On July 7, 2018, Justice Masley of the New York County Commercial Division issued a decision in Jiang v. Ping An Ins., 2018 NY Slip Op 31534(U), holding that coverage under an excess D&O policy was not triggered because the insured settled its coverage claim with the primary insurer for less than the policy limit and did not “absorb the gap” between the settlement amount and the policy limit.
In Jiang, a corporate officer sought coverage for the defense of a federal criminal prosecution and a parallel SEC enforcement action. The corporation had $5 million in primary D&O coverage (split between two insurers) and $5 million in excess coverage. The insured entered a settlement with one of the primary insurers for less than the policy limits, and then sought coverage from the excess insurer for defense costs incurred above $5 million. The excess policy stated that coverage “shall attached only after” the underlying insurance coverage “has been exhausted by payment of claim(s).” Justice Masley granted the excess insurer’s motion to dismiss, explaining:
The 2010 and 2011 Excess Policies clearly state that “[c]overage [under the Excess Policies] shall attach only after all such Underlying Insurance has been exhausted by payment of claim(s)”. Once the coverage under the excess policy attaches, it “shall then apply in conformance with the terms and conditions of the Primary Policy as amended by any more restrictive terms and conditions of any other Underlying Insurance, except as otherwise provided by this Policy.”
First, there is no ambiguity in the 2010 or 2011 Excess Policies as to when excess coverage attaches. Affording the language employed in the policies their plain meaning, Chubb’s obligation to provide excess coverage does not attach until all underlying primary policy limits have been exhausted by payment of a claim or claims, not by incurring costs or expenses that may exceed primary policy limits but have not yet been paid. The actual payment of the underlying policy limit is an expressly-stated condition precedent to triggering the excess coverage.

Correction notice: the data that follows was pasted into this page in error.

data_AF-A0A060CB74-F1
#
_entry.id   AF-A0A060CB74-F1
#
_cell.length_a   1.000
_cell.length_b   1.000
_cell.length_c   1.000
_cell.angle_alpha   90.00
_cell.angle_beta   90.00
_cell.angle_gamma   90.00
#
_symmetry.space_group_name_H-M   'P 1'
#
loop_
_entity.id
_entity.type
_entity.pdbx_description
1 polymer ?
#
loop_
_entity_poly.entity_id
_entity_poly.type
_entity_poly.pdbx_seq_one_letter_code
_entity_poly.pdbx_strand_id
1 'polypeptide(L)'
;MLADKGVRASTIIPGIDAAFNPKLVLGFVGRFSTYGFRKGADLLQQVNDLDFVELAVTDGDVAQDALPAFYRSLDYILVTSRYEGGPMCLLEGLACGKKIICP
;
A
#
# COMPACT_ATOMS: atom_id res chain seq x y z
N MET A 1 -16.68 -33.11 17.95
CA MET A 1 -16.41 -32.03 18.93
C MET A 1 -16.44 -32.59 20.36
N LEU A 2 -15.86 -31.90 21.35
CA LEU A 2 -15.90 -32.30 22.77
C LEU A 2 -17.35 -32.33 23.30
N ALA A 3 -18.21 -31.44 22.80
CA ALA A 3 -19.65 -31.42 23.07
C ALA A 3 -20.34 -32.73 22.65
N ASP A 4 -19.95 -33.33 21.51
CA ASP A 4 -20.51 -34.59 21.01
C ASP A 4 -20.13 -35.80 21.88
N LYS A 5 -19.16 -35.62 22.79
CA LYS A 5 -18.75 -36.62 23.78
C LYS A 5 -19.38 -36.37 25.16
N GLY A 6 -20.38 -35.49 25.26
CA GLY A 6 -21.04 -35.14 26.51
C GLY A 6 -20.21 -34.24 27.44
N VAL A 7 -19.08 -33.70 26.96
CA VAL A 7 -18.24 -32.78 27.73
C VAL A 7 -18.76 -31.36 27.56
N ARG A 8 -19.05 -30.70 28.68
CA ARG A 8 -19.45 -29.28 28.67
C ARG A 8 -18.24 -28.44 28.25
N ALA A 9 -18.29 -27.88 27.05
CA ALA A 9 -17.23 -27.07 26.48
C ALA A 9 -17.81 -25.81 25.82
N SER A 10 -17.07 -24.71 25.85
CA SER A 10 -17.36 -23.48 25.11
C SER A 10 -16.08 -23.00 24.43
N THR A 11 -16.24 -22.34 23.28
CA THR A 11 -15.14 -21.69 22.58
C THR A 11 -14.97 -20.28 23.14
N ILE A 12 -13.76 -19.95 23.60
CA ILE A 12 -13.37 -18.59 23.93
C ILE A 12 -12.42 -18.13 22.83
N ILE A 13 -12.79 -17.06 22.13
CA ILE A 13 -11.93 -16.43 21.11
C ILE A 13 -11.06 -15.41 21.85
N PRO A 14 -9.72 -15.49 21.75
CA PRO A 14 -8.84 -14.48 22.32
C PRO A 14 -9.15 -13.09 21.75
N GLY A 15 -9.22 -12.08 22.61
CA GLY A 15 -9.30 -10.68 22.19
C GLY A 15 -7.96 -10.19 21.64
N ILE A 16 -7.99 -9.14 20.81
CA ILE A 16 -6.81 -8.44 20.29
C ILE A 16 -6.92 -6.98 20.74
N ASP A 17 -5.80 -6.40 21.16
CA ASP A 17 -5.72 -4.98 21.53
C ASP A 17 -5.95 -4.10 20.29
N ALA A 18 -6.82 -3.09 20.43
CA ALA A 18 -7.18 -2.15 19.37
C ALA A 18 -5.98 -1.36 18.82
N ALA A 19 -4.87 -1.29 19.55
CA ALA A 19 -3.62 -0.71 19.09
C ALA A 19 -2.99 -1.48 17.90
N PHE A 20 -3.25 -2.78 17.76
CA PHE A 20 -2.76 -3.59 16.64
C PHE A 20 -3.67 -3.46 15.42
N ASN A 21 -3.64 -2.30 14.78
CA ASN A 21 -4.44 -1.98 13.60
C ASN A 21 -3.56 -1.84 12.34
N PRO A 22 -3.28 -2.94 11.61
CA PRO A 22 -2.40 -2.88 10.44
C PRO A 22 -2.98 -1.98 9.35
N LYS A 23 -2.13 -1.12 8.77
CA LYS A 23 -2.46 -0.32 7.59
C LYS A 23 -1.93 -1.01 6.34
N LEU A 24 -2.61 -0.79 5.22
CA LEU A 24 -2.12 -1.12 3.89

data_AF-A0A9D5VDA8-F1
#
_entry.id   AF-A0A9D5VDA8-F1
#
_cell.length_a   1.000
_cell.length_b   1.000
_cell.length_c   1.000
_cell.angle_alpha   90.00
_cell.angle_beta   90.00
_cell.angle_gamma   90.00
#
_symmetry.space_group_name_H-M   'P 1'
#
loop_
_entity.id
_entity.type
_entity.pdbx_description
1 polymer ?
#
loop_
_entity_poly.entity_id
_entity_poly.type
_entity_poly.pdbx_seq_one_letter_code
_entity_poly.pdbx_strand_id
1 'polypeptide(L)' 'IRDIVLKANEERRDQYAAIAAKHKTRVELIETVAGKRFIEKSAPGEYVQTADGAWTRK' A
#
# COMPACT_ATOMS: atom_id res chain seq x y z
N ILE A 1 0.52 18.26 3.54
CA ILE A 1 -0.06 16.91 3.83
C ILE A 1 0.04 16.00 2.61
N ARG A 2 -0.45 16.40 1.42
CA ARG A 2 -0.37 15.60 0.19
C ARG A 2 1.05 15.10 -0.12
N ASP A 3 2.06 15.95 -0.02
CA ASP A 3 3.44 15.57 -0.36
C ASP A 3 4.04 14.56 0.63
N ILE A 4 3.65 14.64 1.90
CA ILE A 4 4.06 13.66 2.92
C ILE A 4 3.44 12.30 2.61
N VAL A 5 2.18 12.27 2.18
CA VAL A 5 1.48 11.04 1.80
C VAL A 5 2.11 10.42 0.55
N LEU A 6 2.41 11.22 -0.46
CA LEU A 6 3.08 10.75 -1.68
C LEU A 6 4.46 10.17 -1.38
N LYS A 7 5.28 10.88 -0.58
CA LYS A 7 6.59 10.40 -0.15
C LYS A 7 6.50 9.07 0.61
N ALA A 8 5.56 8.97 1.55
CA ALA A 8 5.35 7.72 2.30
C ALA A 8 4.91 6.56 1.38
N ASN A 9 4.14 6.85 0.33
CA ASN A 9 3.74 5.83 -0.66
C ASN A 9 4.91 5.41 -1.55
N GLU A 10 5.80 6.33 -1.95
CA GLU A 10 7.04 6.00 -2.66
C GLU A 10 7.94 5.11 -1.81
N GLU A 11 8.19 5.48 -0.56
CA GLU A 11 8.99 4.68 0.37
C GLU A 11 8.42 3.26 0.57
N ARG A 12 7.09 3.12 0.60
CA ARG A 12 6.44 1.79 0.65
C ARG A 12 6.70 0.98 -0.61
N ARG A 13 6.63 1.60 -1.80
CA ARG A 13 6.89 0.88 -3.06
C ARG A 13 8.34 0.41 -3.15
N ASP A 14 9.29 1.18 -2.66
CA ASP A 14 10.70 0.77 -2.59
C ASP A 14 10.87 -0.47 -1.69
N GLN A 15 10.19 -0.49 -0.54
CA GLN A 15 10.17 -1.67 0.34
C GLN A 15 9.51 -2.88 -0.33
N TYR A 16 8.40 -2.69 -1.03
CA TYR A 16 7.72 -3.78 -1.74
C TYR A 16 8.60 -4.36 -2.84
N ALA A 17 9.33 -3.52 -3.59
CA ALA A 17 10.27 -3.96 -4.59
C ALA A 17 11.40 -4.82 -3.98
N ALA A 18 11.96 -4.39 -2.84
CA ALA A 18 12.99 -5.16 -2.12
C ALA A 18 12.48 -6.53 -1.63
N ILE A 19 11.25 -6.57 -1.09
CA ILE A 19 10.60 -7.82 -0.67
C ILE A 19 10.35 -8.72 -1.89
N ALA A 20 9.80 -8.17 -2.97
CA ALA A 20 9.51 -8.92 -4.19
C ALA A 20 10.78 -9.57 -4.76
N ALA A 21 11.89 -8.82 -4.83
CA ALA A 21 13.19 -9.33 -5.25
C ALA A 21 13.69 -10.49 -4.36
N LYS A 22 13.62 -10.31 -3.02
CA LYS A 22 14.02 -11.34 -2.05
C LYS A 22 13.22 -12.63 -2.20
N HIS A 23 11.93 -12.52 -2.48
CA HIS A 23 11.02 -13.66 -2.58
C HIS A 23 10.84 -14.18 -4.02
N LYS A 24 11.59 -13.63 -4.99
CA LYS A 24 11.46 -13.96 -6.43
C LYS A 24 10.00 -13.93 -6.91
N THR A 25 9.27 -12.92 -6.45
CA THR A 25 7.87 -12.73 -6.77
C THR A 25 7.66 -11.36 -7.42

Additionally, where, as here, an insured has settled with a primary insurer for a below-limit amount, the primary policy limits are not deemed exhausted unless the insured “absorbs the resulting gap between the settlement amount and the primary policy limit”; there is no obligation to provide excess coverage until the gap is closed and the primary policy limits are deemed exhausted (cf. J.P. Morgan Chase & Co. v Indian Harbor Ins. Co., 98 AD3d 18, 25 [1st Dept 2012), Iv denied 20 NY3d 858 ). Jiang does not allege that he absorbed the gap that remained following his below-limit settlement of claims with Ping An, thus, the excess coverage contemplated in the 2010 Excess Policy was not triggered.
(Some citations omitted).
Businesses often have multiple tiers of insurance coverage, and the excess tiers are not triggered until the underlying insurance coverage is exhausted. As the plaintiff in Jiang discovered, settling with the primary insurer for less than the policy limits can affect the availability of excess coverage. In some cases, the insured may be able to tap into the excess policies by paying the difference between the settlement amount and the primary policy limit out of pocket (“absorbing the gap”). But depending on the wording of the excess policy, even that may not work. In the First Department case Justice Masley cited in the excerpt above, the excess policy offered coverage “only after the Primary and Underlying Excess Insurers shall have duly admitted liability and shall have paid the full amount of their respective liability.” Applying Illinois law, the court held that this condition precedent was not satisfied by the insured “absorbing the gap”, where the underlying insurers settled with the insured without admitting or paying “the full amount of their respective liability.”